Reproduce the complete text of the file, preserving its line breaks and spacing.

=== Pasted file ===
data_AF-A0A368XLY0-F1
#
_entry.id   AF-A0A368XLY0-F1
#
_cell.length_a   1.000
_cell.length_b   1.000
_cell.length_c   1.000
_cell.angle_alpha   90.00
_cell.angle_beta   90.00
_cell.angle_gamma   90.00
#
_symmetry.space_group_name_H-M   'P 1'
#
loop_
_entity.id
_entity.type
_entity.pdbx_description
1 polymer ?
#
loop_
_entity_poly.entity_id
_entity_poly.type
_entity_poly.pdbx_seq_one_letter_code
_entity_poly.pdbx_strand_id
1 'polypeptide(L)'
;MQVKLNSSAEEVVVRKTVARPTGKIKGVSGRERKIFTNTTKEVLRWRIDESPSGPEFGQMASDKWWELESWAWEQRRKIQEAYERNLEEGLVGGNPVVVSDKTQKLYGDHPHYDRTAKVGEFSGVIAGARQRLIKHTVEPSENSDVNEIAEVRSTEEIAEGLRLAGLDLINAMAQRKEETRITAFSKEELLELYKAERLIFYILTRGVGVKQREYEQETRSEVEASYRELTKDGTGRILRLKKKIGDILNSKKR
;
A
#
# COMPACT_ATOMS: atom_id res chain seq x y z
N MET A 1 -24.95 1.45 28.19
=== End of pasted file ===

data_AF-A0A368XLY0-F1
#
_entry.id   AF-A0A368XLY0-F1
#
_cell.length_a   1.000
_cell.length_b   1.000
_cell.length_c   1.000
_cell.angle_alpha   90.00
_cell.angle_beta   90.00
_cell.angle_gamma   90.00
#
_symmetry.space_group_name_H-M   'P 1'
#
loop_
_entity.id
_entity.type
_entity.pdbx_description
1 polymer ?
#
loop_
_entity_poly.entity_id
_entity_poly.type
_entity_poly.pdbx_seq_one_letter_code
_entity_poly.pdbx_strand_id
1 'polypeptide(L)'
;MQVKLNSSAEEVVVRKTVARPTGKIKGVSGRERKIFTNTTKEVLRWRIDESPSGPEFGQMASDKWWELESWAWEQRRKIQEAYERNLEEGLVGGNPVVVSDKTQKLYGDHPHYDRTAKVGEFSGVIAGARQRLIKHTVEPSENSDVNEIAEVRSTEEIAEGLRLAGLDLINAMAQRKEETRITAFSKEELLELYKAERLIFYILTRGVGVKQREYEQETRSEVEASYRELTKDGTGRILRLKKKIGDILNSKKR
;
A
#
# COMPACT_ATOMS: atom_id res chain seq x y z
N MET A 1 -24.95 1.45 28.19